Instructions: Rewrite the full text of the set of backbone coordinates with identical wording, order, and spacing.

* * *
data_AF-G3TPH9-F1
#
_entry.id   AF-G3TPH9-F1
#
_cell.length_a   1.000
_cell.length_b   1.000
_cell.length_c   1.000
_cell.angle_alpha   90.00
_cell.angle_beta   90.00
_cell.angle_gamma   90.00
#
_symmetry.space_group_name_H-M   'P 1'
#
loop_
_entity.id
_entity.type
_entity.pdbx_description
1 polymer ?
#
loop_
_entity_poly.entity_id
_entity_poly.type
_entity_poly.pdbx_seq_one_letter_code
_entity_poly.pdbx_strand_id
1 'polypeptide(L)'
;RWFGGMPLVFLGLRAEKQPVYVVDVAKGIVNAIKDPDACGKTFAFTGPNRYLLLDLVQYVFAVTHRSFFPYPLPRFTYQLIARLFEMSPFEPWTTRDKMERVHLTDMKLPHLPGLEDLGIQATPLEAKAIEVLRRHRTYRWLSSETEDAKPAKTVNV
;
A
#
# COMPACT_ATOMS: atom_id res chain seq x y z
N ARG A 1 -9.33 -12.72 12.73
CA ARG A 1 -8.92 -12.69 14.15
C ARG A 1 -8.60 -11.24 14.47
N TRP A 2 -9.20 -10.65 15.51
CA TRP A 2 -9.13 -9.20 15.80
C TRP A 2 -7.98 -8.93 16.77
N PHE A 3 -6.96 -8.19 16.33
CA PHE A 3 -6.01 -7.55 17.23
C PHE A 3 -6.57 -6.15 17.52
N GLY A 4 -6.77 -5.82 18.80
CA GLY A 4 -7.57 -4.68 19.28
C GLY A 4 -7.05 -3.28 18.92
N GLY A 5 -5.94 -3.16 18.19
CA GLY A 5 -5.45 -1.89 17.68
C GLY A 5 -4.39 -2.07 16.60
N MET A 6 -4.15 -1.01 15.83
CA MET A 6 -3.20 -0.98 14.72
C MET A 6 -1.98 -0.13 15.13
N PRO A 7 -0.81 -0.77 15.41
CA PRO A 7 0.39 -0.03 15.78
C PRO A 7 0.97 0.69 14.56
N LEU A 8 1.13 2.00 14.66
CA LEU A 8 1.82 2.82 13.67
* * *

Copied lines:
data_AF-G3TPH9-F1
#
_entry.id   AF-G3TPH9-F1
#
_cell.length_a   1.000
_cell.length_b   1.000
_cell.length_c   1.000
_cell.angle_alpha   90.00
_cell.angle_beta   90.00
_cell.angle_gamma   90.00
#
_symmetry.space_group_name_H-M   'P 1'
#
loop_
_entity.id
_entity.type
_entity.pdbx_description
1 polymer ?
#
loop_
_entity_poly.entity_id
_entity_poly.type
_entity_poly.pdbx_seq_one_letter_code
_entity_poly.pdbx_strand_id
1 'polypeptide(L)'
;RWFGGMPLVFLGLRAEKQPVYVVDVAKGIVNAIKDPDACGKTFAFTGPNRYLLLDLVQYVFAVTHRSFFPYPLPRFTYQLIARLFEMSPFEPWTTRDKMERVHLTDMKLPHLPGLEDLGIQATPLEAKAIEVLRRHRTYRWLSSETEDAKPAKTVNV
;
A
#
# COMPACT_ATOMS: atom_id res chain seq x y z
N ARG A 1 -9.33 -12.72 12.73
CA ARG A 1 -8.92 -12.69 14.15
C ARG A 1 -8.60 -11.24 14.47
N TRP A 2 -9.20 -10.65 15.51
CA TRP A 2 -9.13 -9.20 15.80
C TRP A 2 -7.98 -8.93 16.77
N PHE A 3 -6.96 -8.19 16.33
CA PHE A 3 -6.01 -7.55 17.23
C PHE A 3 -6.57 -6.15 17.52
N GLY A 4 -6.77 -5.82 18.80
CA GLY A 4 -7.57 -4.68 19.28
C GLY A 4 -7.05 -3.28 18.92
N GLY A 5 -5.94 -3.16 18.19
CA GLY A 5 -5.45 -1.89 17.68
C GLY A 5 -4.39 -2.07 16.60
N MET A 6 -4.15 -1.01 15.83
CA MET A 6 -3.20 -0.98 14.72
C MET A 6 -1.98 -0.13 15.13
N PRO A 7 -0.81 -0.77 15.41
CA PRO A 7 0.39 -0.03 15.78
C PRO A 7 0.97 0.69 14.56
N LEU A 8 1.13 2.00 14.66
CA LEU A 8 1.82 2.82 13.67